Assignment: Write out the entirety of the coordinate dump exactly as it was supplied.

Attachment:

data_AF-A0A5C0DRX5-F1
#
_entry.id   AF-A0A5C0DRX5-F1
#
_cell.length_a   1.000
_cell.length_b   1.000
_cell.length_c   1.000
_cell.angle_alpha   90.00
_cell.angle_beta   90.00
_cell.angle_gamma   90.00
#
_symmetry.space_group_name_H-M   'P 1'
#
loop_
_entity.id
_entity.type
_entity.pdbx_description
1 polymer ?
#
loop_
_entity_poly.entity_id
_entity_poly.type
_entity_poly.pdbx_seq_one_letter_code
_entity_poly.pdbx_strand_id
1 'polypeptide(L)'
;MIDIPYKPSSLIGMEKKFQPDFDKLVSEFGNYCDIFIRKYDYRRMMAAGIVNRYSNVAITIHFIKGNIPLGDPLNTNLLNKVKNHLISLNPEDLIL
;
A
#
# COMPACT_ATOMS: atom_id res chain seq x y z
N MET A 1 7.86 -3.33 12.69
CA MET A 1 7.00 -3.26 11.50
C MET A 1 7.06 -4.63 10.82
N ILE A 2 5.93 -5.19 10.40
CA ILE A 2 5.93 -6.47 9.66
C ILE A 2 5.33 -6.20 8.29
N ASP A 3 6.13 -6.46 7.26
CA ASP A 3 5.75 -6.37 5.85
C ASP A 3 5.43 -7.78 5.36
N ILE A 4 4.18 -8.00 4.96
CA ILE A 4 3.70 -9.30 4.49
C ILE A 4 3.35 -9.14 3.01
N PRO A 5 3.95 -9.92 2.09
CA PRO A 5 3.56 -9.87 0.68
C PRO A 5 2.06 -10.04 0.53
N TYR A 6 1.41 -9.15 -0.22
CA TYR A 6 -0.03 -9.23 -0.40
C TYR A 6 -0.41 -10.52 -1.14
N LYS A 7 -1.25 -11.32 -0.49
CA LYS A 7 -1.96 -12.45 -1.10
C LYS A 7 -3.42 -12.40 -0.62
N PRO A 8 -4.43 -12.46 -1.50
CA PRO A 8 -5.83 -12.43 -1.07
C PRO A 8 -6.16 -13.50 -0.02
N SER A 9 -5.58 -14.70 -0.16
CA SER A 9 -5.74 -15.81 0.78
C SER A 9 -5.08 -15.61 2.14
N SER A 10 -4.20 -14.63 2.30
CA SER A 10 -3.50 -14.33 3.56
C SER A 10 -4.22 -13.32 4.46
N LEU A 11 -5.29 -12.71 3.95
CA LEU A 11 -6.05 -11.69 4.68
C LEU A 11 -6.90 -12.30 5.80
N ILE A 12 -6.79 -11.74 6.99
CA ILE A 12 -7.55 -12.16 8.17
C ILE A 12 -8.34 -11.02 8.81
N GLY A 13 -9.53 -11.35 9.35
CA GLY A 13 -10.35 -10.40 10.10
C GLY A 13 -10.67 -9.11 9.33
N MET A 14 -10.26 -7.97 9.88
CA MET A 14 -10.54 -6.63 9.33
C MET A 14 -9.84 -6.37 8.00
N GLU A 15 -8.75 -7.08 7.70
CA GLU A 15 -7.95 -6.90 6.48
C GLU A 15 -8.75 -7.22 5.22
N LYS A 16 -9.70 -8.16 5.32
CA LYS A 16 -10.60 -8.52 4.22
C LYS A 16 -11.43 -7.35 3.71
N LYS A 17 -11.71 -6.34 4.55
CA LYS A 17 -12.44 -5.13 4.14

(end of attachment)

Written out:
data_AF-A0A5C0DRX5-F1
#
_entry.id   AF-A0A5C0DRX5-F1
#
_cell.length_a   1.000
_cell.length_b   1.000
_cell.length_c   1.000
_cell.angle_alpha   90.00
_cell.angle_beta   90.00
_cell.angle_gamma   90.00
#
_symmetry.space_group_name_H-M   'P 1'
#
loop_
_entity.id
_entity.type
_entity.pdbx_description
1 polymer ?
#
loop_
_entity_poly.entity_id
_entity_poly.type
_entity_poly.pdbx_seq_one_letter_code
_entity_poly.pdbx_strand_id
1 'polypeptide(L)'
;MIDIPYKPSSLIGMEKKFQPDFDKLVSEFGNYCDIFIRKYDYRRMMAAGIVNRYSNVAITIHFIKGNIPLGDPLNTNLLNKVKNHLISLNPEDLIL
;
A
#
# COMPACT_ATOMS: atom_id res chain seq x y z
N MET A 1 7.86 -3.33 12.69
CA MET A 1 7.00 -3.26 11.50
C MET A 1 7.06 -4.63 10.82
N ILE A 2 5.93 -5.19 10.40
CA ILE A 2 5.93 -6.47 9.66
C ILE A 2 5.33 -6.20 8.29
N ASP A 3 6.13 -6.46 7.26
CA ASP A 3 5.75 -6.37 5.85
C ASP A 3 5.43 -7.78 5.36
N ILE A 4 4.18 -8.00 4.96
CA ILE A 4 3.70 -9.30 4.49
C ILE A 4 3.35 -9.14 3.01
N PRO A 5 3.95 -9.92 2.09
CA PRO A 5 3.56 -9.87 0.68
C PRO A 5 2.06 -10.04 0.53
N TYR A 6 1.41 -9.15 -0.22
CA TYR A 6 -0.03 -9.23 -0.40
C TYR A 6 -0.41 -10.52 -1.14
N LYS A 7 -1.25 -11.32 -0.49
CA LYS A 7 -1.96 -12.45 -1.10
C LYS A 7 -3.42 -12.40 -0.62
N PRO A 8 -4.43 -12.46 -1.50
CA PRO A 8 -5.83 -12.43 -1.07
C PRO A 8 -6.16 -13.50 -0.02
N SER A 9 -5.58 -14.70 -0.16
CA SER A 9 -5.74 -15.81 0.78
C SER A 9 -5.08 -15.61 2.14
N SER A 10 -4.20 -14.63 2.30
CA SER A 10 -3.50 -14.33 3.56
C SER A 10 -4.22 -13.32 4.46
N LEU A 11 -5.29 -12.71 3.95
CA LEU A 11 -6.05 -11.69 4.68
C LEU A 11 -6.90 -12.30 5.80
N ILE A 12 -6.79 -11.74 6.99
CA ILE A 12 -7.55 -12.16 8.17
C ILE A 12 -8.34 -11.02 8.81
N GLY A 13 -9.53 -11.35 9.35
CA GLY A 13 -10.35 -10.40 10.10
C GLY A 13 -10.67 -9.11 9.33
N MET A 14 -10.26 -7.97 9.88
CA MET A 14 -10.54 -6.63 9.33
C MET A 14 -9.84 -6.37 8.00
N GLU A 15 -8.75 -7.08 7.70
CA GLU A 15 -7.95 -6.90 6.48
C GLU A 15 -8.75 -7.22 5.22
N LYS A 16 -9.70 -8.16 5.32
CA LYS A 16 -10.60 -8.52 4.22
C LYS A 16 -11.43 -7.35 3.71
N LYS A 17 -11.71 -6.34 4.55
CA LYS A 17 -12.44 -5.13 4.14